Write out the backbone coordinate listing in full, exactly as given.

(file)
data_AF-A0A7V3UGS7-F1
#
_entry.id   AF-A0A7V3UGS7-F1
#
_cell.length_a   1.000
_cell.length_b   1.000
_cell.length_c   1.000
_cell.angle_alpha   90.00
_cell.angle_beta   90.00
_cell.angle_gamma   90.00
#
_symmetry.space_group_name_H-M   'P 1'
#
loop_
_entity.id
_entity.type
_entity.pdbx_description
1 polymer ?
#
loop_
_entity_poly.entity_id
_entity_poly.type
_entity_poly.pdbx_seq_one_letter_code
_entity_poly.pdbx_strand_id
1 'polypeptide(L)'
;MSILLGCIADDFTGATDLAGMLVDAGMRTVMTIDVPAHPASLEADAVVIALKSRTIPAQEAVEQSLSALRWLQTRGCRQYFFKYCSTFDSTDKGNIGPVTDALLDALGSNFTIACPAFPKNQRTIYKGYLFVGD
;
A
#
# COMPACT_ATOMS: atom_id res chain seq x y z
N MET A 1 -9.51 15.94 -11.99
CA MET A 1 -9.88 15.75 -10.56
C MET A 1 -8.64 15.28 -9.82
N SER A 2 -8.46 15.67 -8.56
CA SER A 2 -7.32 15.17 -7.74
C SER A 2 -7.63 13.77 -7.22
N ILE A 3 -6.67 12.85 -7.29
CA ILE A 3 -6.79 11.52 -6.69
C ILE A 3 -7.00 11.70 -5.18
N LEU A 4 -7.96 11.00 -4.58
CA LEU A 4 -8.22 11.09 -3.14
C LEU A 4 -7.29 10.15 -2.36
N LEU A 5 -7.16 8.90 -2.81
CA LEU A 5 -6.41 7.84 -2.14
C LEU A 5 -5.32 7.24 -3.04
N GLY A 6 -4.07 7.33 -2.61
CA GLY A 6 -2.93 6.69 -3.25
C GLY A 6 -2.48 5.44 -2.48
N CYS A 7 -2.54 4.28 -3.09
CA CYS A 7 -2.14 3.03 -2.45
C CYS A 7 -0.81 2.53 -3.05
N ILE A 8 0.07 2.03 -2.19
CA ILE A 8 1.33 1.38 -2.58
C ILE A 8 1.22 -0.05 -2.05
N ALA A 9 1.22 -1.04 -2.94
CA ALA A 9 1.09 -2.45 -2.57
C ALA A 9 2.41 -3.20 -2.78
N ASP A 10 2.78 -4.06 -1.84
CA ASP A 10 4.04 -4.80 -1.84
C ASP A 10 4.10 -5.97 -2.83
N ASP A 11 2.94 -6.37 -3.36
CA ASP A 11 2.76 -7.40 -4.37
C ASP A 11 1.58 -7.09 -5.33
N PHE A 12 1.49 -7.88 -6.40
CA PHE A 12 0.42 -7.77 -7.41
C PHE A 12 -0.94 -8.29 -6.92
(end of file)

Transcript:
data_AF-A0A7V3UGS7-F1
#
_entry.id   AF-A0A7V3UGS7-F1
#
_cell.length_a   1.000
_cell.length_b   1.000
_cell.length_c   1.000
_cell.angle_alpha   90.00
_cell.angle_beta   90.00
_cell.angle_gamma   90.00
#
_symmetry.space_group_name_H-M   'P 1'
#
loop_
_entity.id
_entity.type
_entity.pdbx_description
1 polymer ?
#
loop_
_entity_poly.entity_id
_entity_poly.type
_entity_poly.pdbx_seq_one_letter_code
_entity_poly.pdbx_strand_id
1 'polypeptide(L)'
;MSILLGCIADDFTGATDLAGMLVDAGMRTVMTIDVPAHPASLEADAVVIALKSRTIPAQEAVEQSLSALRWLQTRGCRQYFFKYCSTFDSTDKGNIGPVTDALLDALGSNFTIACPAFPKNQRTIYKGYLFVGD
;
A
#
# COMPACT_ATOMS: atom_id res chain seq x y z
N MET A 1 -9.51 15.94 -11.99
CA MET A 1 -9.88 15.75 -10.56
C MET A 1 -8.64 15.28 -9.82
N SER A 2 -8.46 15.67 -8.56
CA SER A 2 -7.32 15.17 -7.74
C SER A 2 -7.63 13.77 -7.22
N ILE A 3 -6.67 12.85 -7.29
CA ILE A 3 -6.79 11.52 -6.69
C ILE A 3 -7.00 11.70 -5.18
N LEU A 4 -7.96 11.00 -4.58
CA LEU A 4 -8.22 11.09 -3.14
C LEU A 4 -7.29 10.15 -2.36
N LEU A 5 -7.16 8.90 -2.81
CA LEU A 5 -6.41 7.84 -2.14
C LEU A 5 -5.32 7.24 -3.04
N GLY A 6 -4.07 7.33 -2.61
CA GLY A 6 -2.93 6.69 -3.25
C GLY A 6 -2.48 5.44 -2.48
N CYS A 7 -2.54 4.28 -3.09
CA CYS A 7 -2.14 3.03 -2.45
C CYS A 7 -0.81 2.53 -3.05
N ILE A 8 0.07 2.03 -2.19
CA ILE A 8 1.33 1.38 -2.58
C ILE A 8 1.22 -0.05 -2.05
N ALA A 9 1.22 -1.04 -2.94
CA ALA A 9 1.09 -2.45 -2.57
C ALA A 9 2.41 -3.20 -2.78
N ASP A 10 2.78 -4.06 -1.84
CA ASP A 10 4.04 -4.80 -1.84
C ASP A 10 4.10 -5.97 -2.83
N ASP A 11 2.94 -6.37 -3.36
CA ASP A 11 2.76 -7.40 -4.37
C ASP A 11 1.58 -7.09 -5.33
N PHE A 12 1.49 -7.88 -6.40
CA PHE A 12 0.42 -7.77 -7.41
C PHE A 12 -0.94 -8.29 -6.92